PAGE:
Bismarck Rewane, Managing Director, Financial Derivatives Company (FDC) Limited, at the weekend, said the economy is inching closely to recession after monthly oil revenues dipped from $1.2 billion per month earlier in the year, to $500 million, a development that could trigger an external and balance of payment crisis.
Rewane explained that a recession occurs after two consecutive quarters of negative growth. Nigeria’s real Gross Domestic Product (GDP) growth rate in first quarter was (-0.36 per cent) while second quarter estimate is (-1.5 per cent), a result that would put the economy in recession.
He disclosed that the last time Nigeria was in recession was in 2004, adding that oil price decline of 56.39 per cent from 2014’s peak; sharp oil production drop of 26.3 per cent; underinvestment over foreign exchange policies and repercussions from Niger Delta Avengers sabotage are largely to be blames for the ongoing economic woes of the country.
The economist also listed budget delays and squabbles; impact of spending now almost late; drying up of new investments; wiping out of trade credit flows, approximately $10 billion and Net Foreign Direct Investment which is down to $1.5 billion (6.25 per cent) as other factors hurting the economy.
Other factors constraining growth are poor power supply from the grid, down to 2,023.3 mega watts from 3593 mega watts, oil production at a low of 1.4mbpd: pipeline vandalism, lingering fuel scarcity that lasted for 12 months, misaligned currency and forex shortages, high interest rate environment and trade and import restrictions.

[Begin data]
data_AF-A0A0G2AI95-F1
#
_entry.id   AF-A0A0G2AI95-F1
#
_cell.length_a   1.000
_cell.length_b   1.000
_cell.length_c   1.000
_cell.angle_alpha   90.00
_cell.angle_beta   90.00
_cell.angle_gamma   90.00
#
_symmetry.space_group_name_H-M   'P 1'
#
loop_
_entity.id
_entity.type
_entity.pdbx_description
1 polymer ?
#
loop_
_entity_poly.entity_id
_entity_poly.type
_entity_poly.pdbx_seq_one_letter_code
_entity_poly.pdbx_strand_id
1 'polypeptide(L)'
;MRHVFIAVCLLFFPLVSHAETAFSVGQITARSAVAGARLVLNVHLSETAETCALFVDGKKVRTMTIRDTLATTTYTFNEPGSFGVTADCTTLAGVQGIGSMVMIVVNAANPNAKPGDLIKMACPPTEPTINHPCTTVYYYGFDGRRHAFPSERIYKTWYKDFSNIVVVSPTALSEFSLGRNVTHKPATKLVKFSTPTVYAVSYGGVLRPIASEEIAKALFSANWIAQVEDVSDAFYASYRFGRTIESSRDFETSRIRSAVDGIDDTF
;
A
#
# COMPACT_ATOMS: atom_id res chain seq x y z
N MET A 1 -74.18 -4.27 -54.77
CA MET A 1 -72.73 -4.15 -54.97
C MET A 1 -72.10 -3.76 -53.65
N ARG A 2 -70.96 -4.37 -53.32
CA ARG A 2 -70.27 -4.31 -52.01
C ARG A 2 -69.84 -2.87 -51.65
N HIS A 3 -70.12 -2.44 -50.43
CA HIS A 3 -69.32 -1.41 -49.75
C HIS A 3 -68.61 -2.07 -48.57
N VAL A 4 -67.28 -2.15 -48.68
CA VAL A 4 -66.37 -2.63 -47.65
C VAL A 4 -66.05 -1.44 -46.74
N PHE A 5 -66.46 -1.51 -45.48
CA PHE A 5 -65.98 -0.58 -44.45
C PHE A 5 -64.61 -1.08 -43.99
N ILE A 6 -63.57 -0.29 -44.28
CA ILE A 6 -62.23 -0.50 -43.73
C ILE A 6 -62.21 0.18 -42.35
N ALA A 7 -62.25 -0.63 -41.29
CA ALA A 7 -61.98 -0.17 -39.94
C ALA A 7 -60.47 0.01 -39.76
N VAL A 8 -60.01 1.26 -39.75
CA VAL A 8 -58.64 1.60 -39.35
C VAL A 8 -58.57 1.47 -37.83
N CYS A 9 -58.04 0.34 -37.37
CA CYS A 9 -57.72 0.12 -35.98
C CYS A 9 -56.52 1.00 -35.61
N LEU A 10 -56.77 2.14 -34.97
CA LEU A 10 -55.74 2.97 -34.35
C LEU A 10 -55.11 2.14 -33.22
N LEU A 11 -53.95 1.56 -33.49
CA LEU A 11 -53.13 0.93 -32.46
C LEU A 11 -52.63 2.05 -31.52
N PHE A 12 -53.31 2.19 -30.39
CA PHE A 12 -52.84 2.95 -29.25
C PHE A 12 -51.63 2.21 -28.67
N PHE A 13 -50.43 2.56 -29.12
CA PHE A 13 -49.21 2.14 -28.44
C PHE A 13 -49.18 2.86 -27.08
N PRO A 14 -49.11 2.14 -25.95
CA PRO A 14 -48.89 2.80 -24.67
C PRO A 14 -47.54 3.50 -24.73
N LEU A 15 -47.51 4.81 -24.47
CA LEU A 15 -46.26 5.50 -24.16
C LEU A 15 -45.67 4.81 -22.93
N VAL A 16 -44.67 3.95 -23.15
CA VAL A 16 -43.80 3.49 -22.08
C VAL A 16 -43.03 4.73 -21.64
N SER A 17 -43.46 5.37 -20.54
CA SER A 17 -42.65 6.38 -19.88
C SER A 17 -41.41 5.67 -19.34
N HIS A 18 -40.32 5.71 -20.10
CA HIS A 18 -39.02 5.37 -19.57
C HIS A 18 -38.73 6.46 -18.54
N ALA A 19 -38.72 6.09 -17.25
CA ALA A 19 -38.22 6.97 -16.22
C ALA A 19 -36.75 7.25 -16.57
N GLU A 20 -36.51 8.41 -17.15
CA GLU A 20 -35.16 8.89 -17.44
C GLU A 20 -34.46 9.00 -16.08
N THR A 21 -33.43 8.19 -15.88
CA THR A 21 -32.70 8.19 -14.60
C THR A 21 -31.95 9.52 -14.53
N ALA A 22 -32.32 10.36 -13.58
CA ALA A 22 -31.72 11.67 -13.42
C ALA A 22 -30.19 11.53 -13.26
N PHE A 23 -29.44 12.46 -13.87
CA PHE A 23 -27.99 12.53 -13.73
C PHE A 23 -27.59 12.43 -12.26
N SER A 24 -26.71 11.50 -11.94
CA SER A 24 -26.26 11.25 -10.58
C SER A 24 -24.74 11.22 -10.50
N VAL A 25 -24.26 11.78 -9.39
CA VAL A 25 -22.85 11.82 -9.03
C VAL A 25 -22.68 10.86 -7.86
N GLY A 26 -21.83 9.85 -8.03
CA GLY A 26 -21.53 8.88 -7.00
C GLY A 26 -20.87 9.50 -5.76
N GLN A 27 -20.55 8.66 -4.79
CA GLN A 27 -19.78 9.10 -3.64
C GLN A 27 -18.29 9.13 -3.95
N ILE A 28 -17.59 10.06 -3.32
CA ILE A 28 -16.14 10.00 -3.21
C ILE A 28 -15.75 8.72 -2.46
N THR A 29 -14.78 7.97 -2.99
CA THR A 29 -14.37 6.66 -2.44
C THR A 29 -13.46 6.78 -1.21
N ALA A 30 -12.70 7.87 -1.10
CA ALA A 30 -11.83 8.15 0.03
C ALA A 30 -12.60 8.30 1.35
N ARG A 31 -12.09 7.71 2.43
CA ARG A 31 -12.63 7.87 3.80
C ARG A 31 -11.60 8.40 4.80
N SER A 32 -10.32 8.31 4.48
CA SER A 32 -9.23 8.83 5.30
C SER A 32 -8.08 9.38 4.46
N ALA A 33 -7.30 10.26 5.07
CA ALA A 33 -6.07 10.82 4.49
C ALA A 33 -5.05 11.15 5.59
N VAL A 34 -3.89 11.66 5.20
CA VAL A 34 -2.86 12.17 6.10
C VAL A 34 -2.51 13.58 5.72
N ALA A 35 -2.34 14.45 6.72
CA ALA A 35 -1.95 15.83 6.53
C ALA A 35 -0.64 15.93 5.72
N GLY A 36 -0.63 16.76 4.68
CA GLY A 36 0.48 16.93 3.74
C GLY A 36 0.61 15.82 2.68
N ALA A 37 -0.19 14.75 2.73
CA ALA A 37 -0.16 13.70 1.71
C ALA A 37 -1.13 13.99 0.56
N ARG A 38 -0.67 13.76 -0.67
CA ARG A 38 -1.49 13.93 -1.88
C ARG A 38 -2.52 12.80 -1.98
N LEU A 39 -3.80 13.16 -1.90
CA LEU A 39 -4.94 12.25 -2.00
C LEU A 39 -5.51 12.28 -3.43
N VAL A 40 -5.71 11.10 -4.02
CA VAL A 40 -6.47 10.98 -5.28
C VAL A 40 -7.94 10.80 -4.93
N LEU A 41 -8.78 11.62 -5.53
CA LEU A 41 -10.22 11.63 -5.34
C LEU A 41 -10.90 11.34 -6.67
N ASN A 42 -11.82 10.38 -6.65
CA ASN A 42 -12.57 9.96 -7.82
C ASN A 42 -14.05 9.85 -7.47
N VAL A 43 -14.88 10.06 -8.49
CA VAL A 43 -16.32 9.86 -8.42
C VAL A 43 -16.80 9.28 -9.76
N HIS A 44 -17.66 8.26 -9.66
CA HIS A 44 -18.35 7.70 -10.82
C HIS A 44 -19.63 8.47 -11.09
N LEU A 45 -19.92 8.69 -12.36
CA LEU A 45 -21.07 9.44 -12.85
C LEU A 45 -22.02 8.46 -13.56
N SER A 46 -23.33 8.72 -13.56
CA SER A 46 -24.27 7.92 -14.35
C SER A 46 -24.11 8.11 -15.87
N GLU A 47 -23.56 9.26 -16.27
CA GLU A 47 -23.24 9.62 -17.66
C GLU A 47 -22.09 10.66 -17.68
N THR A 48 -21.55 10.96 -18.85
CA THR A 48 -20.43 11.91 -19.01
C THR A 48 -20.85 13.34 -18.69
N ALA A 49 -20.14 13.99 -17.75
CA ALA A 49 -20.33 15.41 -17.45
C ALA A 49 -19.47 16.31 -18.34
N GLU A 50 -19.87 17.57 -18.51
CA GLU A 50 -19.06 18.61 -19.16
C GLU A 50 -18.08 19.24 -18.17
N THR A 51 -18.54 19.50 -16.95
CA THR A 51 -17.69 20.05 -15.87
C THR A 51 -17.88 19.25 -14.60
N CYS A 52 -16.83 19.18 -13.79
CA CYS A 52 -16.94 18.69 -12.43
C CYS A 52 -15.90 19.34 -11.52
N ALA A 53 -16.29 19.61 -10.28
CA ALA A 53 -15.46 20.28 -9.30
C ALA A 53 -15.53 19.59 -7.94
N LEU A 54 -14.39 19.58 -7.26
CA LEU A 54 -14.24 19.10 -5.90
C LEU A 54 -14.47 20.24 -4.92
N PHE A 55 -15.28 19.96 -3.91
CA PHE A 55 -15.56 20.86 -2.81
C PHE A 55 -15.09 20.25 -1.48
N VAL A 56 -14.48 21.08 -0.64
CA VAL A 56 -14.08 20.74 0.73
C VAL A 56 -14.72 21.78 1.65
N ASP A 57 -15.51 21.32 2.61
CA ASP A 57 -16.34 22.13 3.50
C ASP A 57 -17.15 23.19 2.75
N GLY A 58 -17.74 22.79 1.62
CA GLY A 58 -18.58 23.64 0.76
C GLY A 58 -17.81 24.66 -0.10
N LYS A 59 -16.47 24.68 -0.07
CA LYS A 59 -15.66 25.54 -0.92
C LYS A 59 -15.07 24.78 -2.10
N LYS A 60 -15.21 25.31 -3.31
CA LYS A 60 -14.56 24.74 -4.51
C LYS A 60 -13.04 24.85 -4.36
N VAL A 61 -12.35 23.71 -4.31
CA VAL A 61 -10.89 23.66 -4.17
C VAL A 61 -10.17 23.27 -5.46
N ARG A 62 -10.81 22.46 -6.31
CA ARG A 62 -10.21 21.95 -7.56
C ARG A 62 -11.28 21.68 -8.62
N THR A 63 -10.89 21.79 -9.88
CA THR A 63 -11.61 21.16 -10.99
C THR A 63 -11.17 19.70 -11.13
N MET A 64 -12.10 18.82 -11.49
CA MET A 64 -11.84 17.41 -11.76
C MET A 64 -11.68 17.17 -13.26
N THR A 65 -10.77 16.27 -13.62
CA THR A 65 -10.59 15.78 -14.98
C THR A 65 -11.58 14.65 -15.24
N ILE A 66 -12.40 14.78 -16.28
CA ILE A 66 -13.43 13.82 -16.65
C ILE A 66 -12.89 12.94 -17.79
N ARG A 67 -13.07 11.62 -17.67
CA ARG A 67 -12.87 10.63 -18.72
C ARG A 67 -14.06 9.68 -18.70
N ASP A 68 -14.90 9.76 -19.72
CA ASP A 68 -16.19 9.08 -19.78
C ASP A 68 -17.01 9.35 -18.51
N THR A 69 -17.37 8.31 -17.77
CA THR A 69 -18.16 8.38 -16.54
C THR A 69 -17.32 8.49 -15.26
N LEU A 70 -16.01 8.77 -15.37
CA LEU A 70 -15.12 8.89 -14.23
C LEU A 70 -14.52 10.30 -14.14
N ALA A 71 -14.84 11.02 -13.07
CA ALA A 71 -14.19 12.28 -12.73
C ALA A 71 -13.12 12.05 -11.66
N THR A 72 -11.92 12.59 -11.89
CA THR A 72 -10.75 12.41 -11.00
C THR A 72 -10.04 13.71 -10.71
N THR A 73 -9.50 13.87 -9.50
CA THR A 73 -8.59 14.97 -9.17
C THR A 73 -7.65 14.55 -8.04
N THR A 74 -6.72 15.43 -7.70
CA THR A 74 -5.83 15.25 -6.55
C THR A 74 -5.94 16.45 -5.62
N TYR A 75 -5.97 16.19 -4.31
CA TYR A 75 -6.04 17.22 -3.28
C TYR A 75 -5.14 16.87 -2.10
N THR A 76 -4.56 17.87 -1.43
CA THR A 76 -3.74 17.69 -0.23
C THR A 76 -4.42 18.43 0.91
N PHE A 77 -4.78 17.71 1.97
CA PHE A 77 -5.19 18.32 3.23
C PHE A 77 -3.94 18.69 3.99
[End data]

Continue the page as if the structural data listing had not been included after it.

For him, Nigeria recorded a negative trade balance of N184 billion ($925 million) in the first quarter, from a trade surplus of N364.6 billion ($1.83 billion) in same period of last year; there was sharp decline in exports of 34.6 per cent compared to 7.8 per cent decline in imports, which was the first quarterly trade deficit in at least seven years.
He said the implications remained that average oil price between January to May is now $39.20 per barrel even as oil prices are currently 24 per cent above the budget benchmark of $38 per barrel.
The OPEC says oil production is at 1.64 million barrel per day and is expected to slow further until militants are muted while government revenue expected to remain low pending a recovery in production levels.
Another analyst, Ike Chioke of Afrinvest West Africa Plc, said the weaker external sector performance as indicated in the trade numbers above reflects the sustained pressure in the overall economy worsened by sub-optimal monetary policy responses.
“We maintain that the continued delay by the CBN in fixing the currency market crisis will continue to worsen key macroeconomic indicators notwithstanding the anticipated fiscal impulse. Recent attacks on oil production assets by Niger Delta Avengers suggest a weaker outlook for trade balance so long as export base remained dominated by crude oil. Also, implementation of the 2016 budget which is based on a daily crude production of 2.2mbpd may be threatened even though recent efforts to strengthen independent revenue is commendable,” he said.
Chioke said on the whole, since the metrics for the performance of the 2016 budget on the basis of 80 per cent non-oil revenue appears as a fluke, weaker outlook for domestic oil revenue raises credit risk premium on government’s massive borrowing plan for the fiscal year.
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